On a blindingly hot August day, our daughter’s summer comes to an end. She’s been busily packing her belongings into her car so she can return to TCU this weekend.
For her, moving day has approached at an achingly slow pace. Her glee at returning to school is scarcely contained. Who can blame her? A Shreveport swelter stands in stark contrast to all of her early summer activities. She spent June eye level with the clouds in a remote part of British Columbia, where she was surrounded by mountains, cold water and newfound friends.
Sphere: Related Content
And there was the trip to Sharp Top in Georgia, where she worked for a week but also took a little time to frolic in the clover with one of her closest friends.
As she hop scotched the continent, she encountered at least two waterfalls.
And somewhere along the way, she made a couple of trips to the Texas hill country, where she spent time with some up and coming young filmmakers and also found her way onto the water.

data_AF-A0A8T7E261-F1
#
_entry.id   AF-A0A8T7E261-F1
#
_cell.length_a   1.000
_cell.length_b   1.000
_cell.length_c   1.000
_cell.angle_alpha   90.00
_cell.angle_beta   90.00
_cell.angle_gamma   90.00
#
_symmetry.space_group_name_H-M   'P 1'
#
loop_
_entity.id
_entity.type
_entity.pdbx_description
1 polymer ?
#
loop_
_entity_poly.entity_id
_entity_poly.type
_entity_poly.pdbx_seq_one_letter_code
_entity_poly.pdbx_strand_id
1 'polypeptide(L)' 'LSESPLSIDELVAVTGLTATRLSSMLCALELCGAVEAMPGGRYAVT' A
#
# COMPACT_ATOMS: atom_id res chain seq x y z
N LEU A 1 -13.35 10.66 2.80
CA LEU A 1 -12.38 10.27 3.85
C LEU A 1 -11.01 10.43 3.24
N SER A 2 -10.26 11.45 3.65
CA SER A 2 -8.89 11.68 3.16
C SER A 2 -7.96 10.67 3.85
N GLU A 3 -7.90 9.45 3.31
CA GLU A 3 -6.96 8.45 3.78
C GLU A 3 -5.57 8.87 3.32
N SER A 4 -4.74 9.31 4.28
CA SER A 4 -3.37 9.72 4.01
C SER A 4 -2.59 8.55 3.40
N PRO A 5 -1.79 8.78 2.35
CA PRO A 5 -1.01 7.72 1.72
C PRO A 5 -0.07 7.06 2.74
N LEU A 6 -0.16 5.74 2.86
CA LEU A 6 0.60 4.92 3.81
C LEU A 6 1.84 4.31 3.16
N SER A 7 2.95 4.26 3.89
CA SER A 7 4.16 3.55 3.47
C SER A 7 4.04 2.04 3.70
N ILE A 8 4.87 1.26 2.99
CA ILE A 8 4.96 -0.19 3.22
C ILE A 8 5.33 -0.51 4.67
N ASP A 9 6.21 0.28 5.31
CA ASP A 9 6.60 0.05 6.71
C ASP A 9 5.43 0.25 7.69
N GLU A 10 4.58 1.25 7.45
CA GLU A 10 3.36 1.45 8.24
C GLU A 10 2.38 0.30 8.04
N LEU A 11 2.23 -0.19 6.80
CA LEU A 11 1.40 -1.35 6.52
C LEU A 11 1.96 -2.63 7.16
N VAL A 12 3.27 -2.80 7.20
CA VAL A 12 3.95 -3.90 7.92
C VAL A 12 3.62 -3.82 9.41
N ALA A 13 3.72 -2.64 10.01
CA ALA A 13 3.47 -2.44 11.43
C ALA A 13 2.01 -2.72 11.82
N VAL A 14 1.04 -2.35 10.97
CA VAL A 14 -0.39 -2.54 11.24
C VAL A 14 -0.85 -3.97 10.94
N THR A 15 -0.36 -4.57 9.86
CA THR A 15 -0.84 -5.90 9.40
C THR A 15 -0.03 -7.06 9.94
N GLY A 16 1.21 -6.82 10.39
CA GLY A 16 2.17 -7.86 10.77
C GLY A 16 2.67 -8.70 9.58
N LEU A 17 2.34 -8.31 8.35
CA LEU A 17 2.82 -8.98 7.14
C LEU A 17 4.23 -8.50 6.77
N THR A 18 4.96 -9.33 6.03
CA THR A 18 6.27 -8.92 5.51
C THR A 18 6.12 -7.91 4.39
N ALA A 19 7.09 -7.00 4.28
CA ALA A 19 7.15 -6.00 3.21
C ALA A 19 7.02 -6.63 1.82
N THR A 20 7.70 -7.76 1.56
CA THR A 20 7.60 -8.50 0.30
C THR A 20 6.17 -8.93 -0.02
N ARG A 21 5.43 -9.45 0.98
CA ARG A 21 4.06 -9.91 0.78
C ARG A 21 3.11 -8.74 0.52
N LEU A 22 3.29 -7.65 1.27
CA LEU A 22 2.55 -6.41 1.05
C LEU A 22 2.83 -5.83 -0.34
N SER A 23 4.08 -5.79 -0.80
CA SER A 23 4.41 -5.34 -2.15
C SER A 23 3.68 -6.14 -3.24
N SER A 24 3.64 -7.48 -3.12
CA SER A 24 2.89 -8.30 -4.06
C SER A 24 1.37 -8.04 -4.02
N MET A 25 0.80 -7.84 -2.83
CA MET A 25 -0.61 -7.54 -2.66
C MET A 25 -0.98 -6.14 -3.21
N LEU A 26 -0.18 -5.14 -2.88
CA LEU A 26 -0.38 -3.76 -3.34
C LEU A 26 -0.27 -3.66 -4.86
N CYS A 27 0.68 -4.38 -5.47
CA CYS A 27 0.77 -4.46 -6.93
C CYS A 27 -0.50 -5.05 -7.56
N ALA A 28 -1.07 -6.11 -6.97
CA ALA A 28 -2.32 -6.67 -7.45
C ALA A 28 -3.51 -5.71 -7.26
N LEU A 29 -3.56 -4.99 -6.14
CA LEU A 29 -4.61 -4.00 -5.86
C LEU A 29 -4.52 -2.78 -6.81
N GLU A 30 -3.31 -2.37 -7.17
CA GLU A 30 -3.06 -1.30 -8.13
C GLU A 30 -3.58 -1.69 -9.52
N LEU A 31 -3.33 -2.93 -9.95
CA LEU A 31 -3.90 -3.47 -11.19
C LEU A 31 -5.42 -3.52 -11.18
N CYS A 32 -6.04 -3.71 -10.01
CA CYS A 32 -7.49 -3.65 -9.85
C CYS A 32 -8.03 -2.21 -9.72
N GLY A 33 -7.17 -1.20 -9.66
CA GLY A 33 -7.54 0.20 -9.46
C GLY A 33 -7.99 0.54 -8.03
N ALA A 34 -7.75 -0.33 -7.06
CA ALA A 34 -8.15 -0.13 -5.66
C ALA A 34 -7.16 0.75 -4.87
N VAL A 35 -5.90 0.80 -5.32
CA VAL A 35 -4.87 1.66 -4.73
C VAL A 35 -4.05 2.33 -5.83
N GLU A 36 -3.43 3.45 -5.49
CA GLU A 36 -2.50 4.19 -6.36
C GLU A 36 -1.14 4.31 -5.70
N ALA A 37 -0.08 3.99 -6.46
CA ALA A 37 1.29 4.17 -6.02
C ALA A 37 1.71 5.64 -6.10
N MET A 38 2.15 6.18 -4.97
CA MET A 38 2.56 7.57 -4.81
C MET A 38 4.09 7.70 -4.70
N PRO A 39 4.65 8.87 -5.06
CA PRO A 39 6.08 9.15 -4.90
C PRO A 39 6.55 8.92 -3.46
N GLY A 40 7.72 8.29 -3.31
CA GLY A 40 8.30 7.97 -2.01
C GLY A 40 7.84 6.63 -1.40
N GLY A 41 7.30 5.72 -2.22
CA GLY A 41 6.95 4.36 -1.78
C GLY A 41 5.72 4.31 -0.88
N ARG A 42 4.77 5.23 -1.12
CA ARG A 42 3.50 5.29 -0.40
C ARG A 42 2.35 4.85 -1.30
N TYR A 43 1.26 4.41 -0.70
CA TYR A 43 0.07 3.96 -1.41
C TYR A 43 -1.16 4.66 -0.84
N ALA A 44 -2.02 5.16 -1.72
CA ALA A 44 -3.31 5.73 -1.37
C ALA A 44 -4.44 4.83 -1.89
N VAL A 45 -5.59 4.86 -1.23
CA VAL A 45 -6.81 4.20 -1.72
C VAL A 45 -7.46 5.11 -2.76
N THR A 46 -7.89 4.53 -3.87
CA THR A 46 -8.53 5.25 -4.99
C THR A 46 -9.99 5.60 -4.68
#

We are told there was work to be done. She staffed a snack shop or two along the way at summer camps, but certainly found time to put up her feet.
Over the last five years, she has shown a remarkable ability to go solo into new circumstances in new places and make friends. Maybe that’s why her transition to college a year ago seemed to be smoother than most. Wherever she goes, she seems to find a way to surround herself with laughter. What could be better?
And so it has been with a sense of forlorn resignation that my wife and I have watched her hang around the house, knowing well that she is just itching to leave. I know the alternative is less desirable. She’s happy at TCU and that’s priceless. We also know she’s not running away from anything here, but she is in fact running to something there. That’s a wonderful thing.
But when she goes, she takes all that laughter with her and the house seems so quiet. We also realize this was her first college summer, which will probably be her last at home.
I guess we’ll close the door to her bedroom until Thanksgiving, when I think we all can hope the weather will be a little more reasonable.